Precision has its own intellectual beauty. Roy’s work on the triangulation of Britain and the great national surveys such as the one done by Cassini and his colleagues in France had scientific as much as practical ends in view. The result was a degree of accuracy which confirmed (for example) that the world was a spheroid not a sphere, but which was irrelevant to the common traveller. It was gunners who needed to know to a yard the distance to a just visible farmhouse, or the exact position of a bridge hidden by hills – hence the name of the Ordnance Survey and the grid squares on their maps. New Ordnance Survey maps are, of course, not only metric but much more pacific: modern range-finding has put the prismatic compass and map case out of business. The kind of gunnery which pounded the positions inked in red on the exhibition’s trench map of Fricourt – it belonged to Siegfried Sassoon – has been replaced by guidance systems that can pinpoint buildings in cities tens or hundreds of miles away. War will press the limits of whatever information technology is current.

Heroic 18th and 19th-century feats of base-line measurement and triangulation, for a long time the basis of all accurate mapping of large areas, make a wonderful story. Although they are not what this exhibition is about, their results underlie, quite literally sometimes – as in the case of the 1926 London map (overprinted on a standard Ordnance Survey sheet) and the bombing map of Dresden – demographic and military information. Once a survey has been made it allows you to plot whatever you are interested in without remapping the topography. So William Booth in 1889 can map the distribution of the social classes in London by doing his footwork and colouring in what had already been physically surveyed. In the sheet here one can find patches of colour applied with enviable confidence: black (which indicates ‘lowest class, vicious and semi-criminal’) is given to dwellings a few blocks away from the pink of the houses of the ‘well-to-do middle class’ of Smith Square and the golden terraces of the ‘wealthy upper middle and upper class’ of Victoria Street. Another kind of social mapping can be seen in two Japanese maps: one from about 1680 which shows the position of the island on which Dutch merchants were isolated, another from 1869, which shows the city of Edo under the Tokugawa shogunate. On it are shown the houses of wealthy citizens (along with armorial signs): people who had to report to Edo annually from their provincial strongholds, and to leave family members behind as hostages. Such maps prompt two reflections. First, that topographic finesse – consistency of scale, for example, which ensures that any one centimetre on the map represents the same specific distance on the ground – is not important for many, even most, maps: it’s often an unconsidered consequence of the nature of the map on which information is being plotted. On the London Tube map it is topological rather than topographical information that we’re being given.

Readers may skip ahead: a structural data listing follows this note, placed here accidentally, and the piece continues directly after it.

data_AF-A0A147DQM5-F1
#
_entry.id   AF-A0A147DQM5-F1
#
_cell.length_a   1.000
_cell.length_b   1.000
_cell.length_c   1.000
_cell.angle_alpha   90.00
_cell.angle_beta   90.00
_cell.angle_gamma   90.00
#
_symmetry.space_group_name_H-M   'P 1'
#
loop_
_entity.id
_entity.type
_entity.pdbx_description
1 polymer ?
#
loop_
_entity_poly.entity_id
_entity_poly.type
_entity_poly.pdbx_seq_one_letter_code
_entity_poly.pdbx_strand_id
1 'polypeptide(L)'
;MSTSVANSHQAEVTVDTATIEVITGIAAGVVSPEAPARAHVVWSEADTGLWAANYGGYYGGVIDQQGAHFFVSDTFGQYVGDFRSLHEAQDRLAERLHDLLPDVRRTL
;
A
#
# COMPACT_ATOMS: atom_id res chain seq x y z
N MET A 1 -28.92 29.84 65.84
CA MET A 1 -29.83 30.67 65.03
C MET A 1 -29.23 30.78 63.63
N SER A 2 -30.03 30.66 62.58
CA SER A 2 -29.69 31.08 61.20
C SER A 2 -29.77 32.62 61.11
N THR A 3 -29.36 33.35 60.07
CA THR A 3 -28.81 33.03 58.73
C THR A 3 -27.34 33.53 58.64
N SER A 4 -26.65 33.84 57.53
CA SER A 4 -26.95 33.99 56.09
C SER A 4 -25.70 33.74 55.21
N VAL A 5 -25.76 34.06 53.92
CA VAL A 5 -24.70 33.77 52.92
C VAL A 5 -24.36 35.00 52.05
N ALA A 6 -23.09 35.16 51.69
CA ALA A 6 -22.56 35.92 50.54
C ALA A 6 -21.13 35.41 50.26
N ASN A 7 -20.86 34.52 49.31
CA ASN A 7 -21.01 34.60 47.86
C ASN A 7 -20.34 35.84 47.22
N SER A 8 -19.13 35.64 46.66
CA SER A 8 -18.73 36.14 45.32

The second reflection is that maps – hybrids of picture and text which do not impose a sequential reading – are the most fully developed of the artefacts which prefigure the structures of current sources of electronic information. At the very beginning of the exhibition there is a large aerial view of London provided by getmapping. com, an Internet company which will sell you a photograph of any bit of Britain you care to ask for and who have just issued an atlas of aerial photographs of London (HarperCollins, £50). The result is fascinating – particularly if you take imaginary walks through places you know – but most of what you see in such photographs is either enigmatic (launching sites of V2 rockets at Peenemunde and of missiles in Cuba needed interpretation) or entirely without what you turn to town maps for: street names, public houses, rights of way and so on. It’s lines which matter. I can think of no slanderous caricature or ribald verse to match the incendiary potential of the maps and plans which nibble a couple of feet off a back garden or a sliver of mountain wilderness off a province.